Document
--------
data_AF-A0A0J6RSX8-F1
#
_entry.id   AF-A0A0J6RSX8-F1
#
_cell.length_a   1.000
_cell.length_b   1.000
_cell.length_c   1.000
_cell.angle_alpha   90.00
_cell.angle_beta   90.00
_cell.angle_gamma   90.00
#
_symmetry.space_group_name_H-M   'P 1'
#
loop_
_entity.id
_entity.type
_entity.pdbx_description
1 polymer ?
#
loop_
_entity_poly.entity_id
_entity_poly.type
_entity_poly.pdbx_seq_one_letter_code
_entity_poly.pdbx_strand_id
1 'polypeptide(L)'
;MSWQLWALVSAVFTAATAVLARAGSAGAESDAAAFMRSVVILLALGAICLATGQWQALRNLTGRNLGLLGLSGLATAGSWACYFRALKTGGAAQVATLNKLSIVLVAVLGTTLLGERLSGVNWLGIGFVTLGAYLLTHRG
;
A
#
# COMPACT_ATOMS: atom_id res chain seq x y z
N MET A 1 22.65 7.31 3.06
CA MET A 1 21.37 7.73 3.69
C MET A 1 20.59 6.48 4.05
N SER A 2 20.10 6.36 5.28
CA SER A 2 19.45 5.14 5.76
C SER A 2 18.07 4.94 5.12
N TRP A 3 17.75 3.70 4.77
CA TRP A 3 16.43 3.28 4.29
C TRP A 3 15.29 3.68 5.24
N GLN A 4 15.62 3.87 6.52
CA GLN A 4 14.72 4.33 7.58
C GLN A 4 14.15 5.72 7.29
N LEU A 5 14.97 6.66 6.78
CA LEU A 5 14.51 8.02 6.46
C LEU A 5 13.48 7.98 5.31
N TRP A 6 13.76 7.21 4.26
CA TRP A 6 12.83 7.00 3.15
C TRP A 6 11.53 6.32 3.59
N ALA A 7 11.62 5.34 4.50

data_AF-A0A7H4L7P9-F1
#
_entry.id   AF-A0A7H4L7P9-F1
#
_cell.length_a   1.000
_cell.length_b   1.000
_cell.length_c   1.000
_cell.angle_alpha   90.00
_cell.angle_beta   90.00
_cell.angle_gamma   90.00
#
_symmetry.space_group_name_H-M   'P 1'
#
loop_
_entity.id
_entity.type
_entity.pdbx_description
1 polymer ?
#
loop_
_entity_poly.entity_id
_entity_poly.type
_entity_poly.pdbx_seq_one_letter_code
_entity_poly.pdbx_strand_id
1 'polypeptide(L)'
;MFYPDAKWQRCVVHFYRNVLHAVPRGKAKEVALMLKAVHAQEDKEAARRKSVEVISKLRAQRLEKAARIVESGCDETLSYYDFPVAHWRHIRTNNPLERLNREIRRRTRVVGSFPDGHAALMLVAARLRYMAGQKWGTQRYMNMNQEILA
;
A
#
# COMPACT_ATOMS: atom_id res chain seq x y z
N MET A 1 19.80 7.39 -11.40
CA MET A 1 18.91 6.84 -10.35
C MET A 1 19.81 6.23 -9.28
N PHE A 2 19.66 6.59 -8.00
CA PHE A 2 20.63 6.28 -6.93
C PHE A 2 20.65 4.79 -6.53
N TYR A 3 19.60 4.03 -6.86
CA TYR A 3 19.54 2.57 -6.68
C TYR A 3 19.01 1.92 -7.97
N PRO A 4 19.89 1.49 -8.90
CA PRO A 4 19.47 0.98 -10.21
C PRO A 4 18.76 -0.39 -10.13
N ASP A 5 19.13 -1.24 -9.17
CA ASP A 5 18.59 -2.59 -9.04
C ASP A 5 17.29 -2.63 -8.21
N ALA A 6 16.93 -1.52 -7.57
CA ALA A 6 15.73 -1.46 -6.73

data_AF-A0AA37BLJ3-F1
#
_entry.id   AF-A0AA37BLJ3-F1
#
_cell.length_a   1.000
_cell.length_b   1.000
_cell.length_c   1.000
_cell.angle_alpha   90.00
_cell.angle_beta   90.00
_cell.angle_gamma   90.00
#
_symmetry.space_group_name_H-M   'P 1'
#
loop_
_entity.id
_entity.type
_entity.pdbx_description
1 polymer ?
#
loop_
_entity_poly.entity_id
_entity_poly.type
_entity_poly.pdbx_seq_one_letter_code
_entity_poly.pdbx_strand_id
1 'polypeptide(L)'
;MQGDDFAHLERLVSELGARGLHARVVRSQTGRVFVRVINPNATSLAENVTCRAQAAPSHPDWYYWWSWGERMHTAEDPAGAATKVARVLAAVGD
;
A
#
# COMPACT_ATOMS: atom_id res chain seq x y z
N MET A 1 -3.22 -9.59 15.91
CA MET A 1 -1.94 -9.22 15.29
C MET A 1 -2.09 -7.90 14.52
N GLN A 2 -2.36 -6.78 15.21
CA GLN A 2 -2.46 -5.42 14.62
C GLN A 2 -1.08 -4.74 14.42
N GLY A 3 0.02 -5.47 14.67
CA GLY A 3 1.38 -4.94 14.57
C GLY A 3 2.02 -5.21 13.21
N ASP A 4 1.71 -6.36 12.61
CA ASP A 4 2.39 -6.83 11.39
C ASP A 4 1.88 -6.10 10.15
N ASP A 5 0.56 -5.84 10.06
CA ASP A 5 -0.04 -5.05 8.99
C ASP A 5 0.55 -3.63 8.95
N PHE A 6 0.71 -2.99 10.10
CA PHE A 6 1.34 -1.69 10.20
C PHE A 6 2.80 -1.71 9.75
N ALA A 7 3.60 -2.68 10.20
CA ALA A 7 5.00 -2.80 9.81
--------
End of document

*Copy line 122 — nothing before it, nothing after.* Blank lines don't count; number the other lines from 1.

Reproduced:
;MQGDDFAHLERLVSELGARGLHARVVRSQTGRVFVRVINPNATSLAENVTCRAQAAPSHPDWYYWWSWGERMHTAEDPAGAATKVARVLAAVGD